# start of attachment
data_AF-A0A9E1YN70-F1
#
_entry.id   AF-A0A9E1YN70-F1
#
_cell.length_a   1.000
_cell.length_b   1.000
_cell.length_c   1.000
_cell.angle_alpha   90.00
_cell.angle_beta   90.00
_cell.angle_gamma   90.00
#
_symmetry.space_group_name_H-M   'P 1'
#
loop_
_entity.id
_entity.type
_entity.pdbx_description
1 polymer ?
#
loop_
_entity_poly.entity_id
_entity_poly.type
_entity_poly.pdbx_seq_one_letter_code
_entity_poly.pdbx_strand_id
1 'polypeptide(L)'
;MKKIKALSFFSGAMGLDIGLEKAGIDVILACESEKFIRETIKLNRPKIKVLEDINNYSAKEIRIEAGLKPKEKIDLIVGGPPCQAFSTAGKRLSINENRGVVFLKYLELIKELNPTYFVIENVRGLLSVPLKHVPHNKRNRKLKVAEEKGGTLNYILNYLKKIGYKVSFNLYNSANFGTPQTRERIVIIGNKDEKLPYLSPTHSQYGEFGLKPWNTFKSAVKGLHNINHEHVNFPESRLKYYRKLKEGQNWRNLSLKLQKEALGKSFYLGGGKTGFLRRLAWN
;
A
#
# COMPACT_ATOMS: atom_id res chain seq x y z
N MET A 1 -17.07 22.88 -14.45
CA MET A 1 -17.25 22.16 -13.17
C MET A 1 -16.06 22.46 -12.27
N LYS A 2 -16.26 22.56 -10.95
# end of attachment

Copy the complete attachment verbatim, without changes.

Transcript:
data_AF-A0A9E1YN70-F1
#
_entry.id   AF-A0A9E1YN70-F1
#
_cell.length_a   1.000
_cell.length_b   1.000
_cell.length_c   1.000
_cell.angle_alpha   90.00
_cell.angle_beta   90.00
_cell.angle_gamma   90.00
#
_symmetry.space_group_name_H-M   'P 1'
#
loop_
_entity.id
_entity.type
_entity.pdbx_description
1 polymer ?
#
loop_
_entity_poly.entity_id
_entity_poly.type
_entity_poly.pdbx_seq_one_letter_code
_entity_poly.pdbx_strand_id
1 'polypeptide(L)'
;MKKIKALSFFSGAMGLDIGLEKAGIDVILACESEKFIRETIKLNRPKIKVLEDINNYSAKEIRIEAGLKPKEKIDLIVGGPPCQAFSTAGKRLSINENRGVVFLKYLELIKELNPTYFVIENVRGLLSVPLKHVPHNKRNRKLKVAEEKGGTLNYILNYLKKIGYKVSFNLYNSANFGTPQTRERIVIIGNKDEKLPYLSPTHSQYGEFGLKPWNTFKSAVKGLHNINHEHVNFPESRLKYYRKLKEGQNWRNLSLKLQKEALGKSFYLGGGKTGFLRRLAWN
;
A
#
# COMPACT_ATOMS: atom_id res chain seq x y z
N MET A 1 -17.07 22.88 -14.45
CA MET A 1 -17.25 22.16 -13.17
C MET A 1 -16.06 22.46 -12.27
N LYS A 2 -16.26 22.56 -10.95